Education is supposed to be the Great Leveler. What if that isn’t enough?
More classes, degrees and certificates lead to better jobs and higher pay, but one problem endures: Gains from the growing labor market aren’t shared evenly — not when it comes to race.
Despite meaningful progress over the past 25 years, black and Hispanic workers continue to land fewer good jobs than their white counterparts, even when they have a similar education.
And when workers of color land a good job, they’re paid less on average than whites — about $10,000 less annually for those with a bachelor’s degree or higher, according to a recent study.
The report, titled “The Unequal Race for Good Jobs,” tallies the outsize gains made by white workers at all educational levels. Whether they have a high school diploma, an associate’s degree or a bachelor’s, whites are more likely to have a good job and hold a greater share of them. The study defines a good job as paying at least $35,000 annually for workers who are 25 to 34, and paying at least $45,000 for older workers.
In the 1980s, when college became crucial to economic opportunity, whites in largely segregated suburbs “were poised for mass enrollment,” the report said. They earned college degrees in high numbers and added over 10 million good jobs from 1991 to 2016 — over twice as many as blacks and Hispanics combined.
“The white surge in college education sets up whites for decades of continued economic dominance,”Anthony Carnevale, lead author of the report and director of the Georgetown center, said in a news release.
The findings align with general trends in Dallas County. Median household incomes have grown for all three large racial groups, but whites maintain a decided advantage — roughly $15,000 to $20,000 in 2017, according to the U.S. Census Bureau.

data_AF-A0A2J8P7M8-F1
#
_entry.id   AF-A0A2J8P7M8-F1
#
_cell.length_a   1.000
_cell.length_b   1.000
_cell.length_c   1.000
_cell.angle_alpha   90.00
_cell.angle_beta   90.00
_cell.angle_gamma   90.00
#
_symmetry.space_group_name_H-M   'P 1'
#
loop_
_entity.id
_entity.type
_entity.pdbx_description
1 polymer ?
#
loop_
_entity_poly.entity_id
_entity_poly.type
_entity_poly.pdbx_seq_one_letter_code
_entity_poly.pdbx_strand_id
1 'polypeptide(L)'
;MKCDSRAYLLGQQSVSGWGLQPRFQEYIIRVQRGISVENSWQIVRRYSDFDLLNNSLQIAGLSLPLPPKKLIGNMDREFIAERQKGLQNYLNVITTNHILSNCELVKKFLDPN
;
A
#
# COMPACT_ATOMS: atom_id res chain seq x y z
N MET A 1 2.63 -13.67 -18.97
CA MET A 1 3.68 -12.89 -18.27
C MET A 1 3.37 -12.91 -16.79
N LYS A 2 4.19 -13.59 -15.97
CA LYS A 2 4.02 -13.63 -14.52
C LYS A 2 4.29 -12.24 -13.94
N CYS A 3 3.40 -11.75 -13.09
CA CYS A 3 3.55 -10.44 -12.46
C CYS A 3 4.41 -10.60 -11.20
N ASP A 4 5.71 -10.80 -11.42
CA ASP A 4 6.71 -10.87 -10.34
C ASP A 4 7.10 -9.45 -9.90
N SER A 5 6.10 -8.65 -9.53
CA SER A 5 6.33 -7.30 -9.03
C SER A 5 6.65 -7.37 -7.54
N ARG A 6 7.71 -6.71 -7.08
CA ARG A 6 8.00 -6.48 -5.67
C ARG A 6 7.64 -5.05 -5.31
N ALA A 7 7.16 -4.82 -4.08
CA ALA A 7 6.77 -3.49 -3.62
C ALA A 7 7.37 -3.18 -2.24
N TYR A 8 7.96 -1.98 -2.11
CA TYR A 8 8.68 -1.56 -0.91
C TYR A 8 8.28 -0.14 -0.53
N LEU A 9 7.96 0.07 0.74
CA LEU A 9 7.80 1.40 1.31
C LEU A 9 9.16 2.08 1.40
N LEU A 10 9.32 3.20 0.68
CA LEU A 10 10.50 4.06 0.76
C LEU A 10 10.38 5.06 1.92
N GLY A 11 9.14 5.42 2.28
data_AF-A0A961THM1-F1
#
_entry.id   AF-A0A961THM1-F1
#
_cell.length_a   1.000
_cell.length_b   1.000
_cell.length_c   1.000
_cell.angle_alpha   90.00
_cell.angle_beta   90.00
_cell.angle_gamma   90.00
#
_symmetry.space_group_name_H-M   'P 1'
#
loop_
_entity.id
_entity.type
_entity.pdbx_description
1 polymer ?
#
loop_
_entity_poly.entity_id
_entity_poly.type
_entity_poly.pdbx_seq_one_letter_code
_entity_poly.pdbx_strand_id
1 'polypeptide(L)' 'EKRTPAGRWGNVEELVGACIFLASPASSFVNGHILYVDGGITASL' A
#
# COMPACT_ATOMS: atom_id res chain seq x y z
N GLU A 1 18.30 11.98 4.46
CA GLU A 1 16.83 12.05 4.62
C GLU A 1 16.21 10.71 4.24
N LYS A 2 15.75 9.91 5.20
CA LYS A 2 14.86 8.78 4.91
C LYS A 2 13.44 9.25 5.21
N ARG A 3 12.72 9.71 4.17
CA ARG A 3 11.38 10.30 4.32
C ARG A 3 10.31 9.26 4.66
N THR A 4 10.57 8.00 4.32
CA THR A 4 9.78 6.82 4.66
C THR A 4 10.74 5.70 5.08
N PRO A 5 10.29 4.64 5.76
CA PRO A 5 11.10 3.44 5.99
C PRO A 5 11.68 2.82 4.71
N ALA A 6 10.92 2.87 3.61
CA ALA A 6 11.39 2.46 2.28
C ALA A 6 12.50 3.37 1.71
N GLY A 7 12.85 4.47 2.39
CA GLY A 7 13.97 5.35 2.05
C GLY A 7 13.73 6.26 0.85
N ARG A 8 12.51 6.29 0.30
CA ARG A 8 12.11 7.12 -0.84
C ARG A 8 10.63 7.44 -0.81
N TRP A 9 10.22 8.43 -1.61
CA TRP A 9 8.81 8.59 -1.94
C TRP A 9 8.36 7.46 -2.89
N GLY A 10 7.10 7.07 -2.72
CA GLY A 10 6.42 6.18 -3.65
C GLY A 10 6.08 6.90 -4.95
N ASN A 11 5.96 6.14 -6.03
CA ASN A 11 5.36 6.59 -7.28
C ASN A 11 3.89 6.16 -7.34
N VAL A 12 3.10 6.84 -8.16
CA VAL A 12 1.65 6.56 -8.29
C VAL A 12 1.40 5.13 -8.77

The gaps continue despite higher graduation rates from high school and gains in associate’s degrees, post-secondary certificates and bachelor’s degrees. Those achievements don’t automatically pay off, at least not on par with white peers.
One explanation: Many minority students don’t have comparable opportunities to take advanced classes and hold internships, and nurture personal and professional connections.
“Often, they don’t have the networks to capitalize on the education that they get,” Carnevale said in a phone interview last week.
He said students who have two parents with college degrees have advantages that go beyond financial resources.
“They learn how to negotiate the system, and they develop the expectations and willingness to do the kind of search that will land a good job,” he said.
The likelihood of landing such a job increased roughly the same for all three racial groups. But whites maintained a meaningful edge: 58% of whites were likely to have a good job in 2016, compared with 41% of blacks and 37% of Hispanics, the study found.
Bishop T.D. Jakes, senior pastor of The Potter’s House.
Raising teacher pay in underserved communities would start improving outcomes, he said.
“But it’s deeper than that,” Jakes added. Students and graduates “just don’t have enough exposure to the job opportunities and the relationships that open those doors.”
To close the gap, he said, it’s not enough to promote diversity in the workforce. Changes have to come at the top of corporate America.
“The only solution is to have more diversity in the upper levels of leadership,” Jakes said. “That will help alleviate some of the biases” involved in selecting workers and setting pay scales.
The Commit Partnership
When Commit started eight years ago, it identified 11 indicators to measure education progress — what it calls the “cradle-to-career pipeline.” It tracks Pre-K enrollment, fourth-grade math scores, college readiness, college completion and the like.
Now, it plans to add a 12th indicator on median income. More students, especially those of color, are graduating — and waiting for the payoff.
“That’s not necessarily translating into middle-income jobs,” said Rob Shearer.
Commit compiled Census Bureau data that echoes the results of the Georgetown study. Commit compared the annual earnings of young adults in Dallas County, ages 25 to 34, who had earned at least an associate’s degree.
Roughly 1 in 3 whites were making at least $50,000 a year in 2017. That compared with 1 in 10 blacks in Dallas County, Commit said, and 1 in 20 Hispanics.
How to spread the wealth to workers of all races? Commit plans to beef up its mentor program and increase the emphasis on soft skills, from dressing for the job to building a record of reliability.
It will keep touting the local talent to Dallas companies — and pointing out the importance of lifting incomes in the region.
“We’ve got to close the income gap in Dallas,” Shearer said. “But if employers are not thinking of our kids as prospective employees, we’re not gonna make a dent in the systemic problems we’re trying to solve.”
(Article written by Mitchell Schnurman)